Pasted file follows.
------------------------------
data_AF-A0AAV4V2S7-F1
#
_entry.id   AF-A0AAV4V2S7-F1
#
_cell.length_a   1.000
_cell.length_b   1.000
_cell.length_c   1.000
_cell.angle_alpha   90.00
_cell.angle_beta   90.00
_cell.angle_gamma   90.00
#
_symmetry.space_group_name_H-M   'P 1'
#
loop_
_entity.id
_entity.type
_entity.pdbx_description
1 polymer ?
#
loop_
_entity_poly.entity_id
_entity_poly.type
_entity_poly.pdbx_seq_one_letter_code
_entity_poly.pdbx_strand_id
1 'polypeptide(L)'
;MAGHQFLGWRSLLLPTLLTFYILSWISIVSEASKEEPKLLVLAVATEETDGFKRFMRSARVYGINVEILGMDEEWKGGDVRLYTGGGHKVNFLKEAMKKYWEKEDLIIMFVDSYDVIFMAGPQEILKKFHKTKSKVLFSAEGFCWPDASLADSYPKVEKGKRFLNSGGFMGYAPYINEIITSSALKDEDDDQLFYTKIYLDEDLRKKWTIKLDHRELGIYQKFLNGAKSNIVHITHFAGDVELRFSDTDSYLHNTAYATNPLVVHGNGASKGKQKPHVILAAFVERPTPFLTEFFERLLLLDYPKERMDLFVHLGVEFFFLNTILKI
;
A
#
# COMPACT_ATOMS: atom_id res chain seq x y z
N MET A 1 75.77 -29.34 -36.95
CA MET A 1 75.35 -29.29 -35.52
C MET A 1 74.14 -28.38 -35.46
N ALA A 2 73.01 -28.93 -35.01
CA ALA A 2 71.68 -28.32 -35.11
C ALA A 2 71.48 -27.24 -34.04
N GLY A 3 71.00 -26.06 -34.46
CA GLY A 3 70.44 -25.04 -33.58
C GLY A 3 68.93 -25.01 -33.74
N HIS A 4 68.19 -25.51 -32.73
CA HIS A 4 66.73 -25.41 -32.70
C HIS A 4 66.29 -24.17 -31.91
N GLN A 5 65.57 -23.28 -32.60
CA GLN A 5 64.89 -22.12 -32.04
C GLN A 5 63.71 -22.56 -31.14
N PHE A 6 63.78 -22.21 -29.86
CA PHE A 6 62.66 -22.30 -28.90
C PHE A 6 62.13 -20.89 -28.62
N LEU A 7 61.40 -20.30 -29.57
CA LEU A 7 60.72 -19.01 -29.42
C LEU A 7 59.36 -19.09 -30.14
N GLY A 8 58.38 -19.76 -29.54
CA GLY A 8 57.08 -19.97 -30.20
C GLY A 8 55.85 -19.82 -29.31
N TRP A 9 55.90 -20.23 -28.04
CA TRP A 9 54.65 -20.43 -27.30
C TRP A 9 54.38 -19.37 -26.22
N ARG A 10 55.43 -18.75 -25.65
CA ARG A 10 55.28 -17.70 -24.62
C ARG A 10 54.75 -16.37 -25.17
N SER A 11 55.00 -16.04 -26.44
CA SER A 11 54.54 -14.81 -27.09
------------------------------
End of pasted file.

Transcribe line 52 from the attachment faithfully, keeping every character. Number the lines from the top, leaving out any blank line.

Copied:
N GLY A 8 58.38 -19.76 -29.54